Cannon Design will pay $12 million to the federal government and separate itself from a Veterans Affairs project in California, according to prosecutors in Ohio.
The agreement, announced Wednesday, ends the government’s prosecution of Cannon, a global architecture and engineering company with offices in Grand Island, and resolves the allegations that more than a dozen employees engaged in criminal conduct, including paying bribes and kickbacks, to obtain confidential information about VA construction projects.
The $12 million penalty follows the conviction of Cannon executive Mark Farmer on 14 counts related to his dealings with a VA official in Cleveland. Farmer was sentenced to nearly three years in prison.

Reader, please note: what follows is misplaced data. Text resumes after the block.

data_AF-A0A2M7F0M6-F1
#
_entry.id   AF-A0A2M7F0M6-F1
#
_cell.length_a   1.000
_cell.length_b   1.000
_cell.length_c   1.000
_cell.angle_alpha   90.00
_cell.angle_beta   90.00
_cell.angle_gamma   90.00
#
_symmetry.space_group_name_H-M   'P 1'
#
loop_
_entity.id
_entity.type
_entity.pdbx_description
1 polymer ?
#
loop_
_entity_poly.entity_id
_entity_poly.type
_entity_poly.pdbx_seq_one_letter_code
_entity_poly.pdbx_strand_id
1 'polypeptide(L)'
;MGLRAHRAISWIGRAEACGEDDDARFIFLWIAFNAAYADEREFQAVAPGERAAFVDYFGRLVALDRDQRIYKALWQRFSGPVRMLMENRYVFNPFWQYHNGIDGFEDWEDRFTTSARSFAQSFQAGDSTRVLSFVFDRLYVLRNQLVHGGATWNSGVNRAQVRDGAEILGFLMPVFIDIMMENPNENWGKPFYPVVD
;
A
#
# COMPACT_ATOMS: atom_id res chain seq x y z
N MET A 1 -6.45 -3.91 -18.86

The VA official, William D. Montague, former director of the Dayton Veterans Affairs Medical Center, was also convicted in connection with the case. He was sentenced to nearly five years in prison after being found guilty of 64 charges, including money laundering and wire fraud.
Prosecutors say Montague, Farmer and Cannon conspired to defraud the VA through bribery and kickbacks, and that Montague secretly used his position at the Medical Center to enrich himself.
They also claim Montague solicited money and a consulting contract from Cannon and, in return, provided information about VA contracts and projects.
The goal, according to the government, was to give Cannon an edge over its competitors.
“Companies must never benefit by using public officials to obtain a competitive business advantage,” Stephen D. Anthony, special agent in charge of the FBI’s Cleveland Office, said in a statement Wednesday.
The multi-million penalty against Cannon is the result of an investigation by the FBI and U.S. Dept. of Veterans Affairs, Office of Inspector General, and a prosecution by the U.S. Attorney’s Office in Cleveland.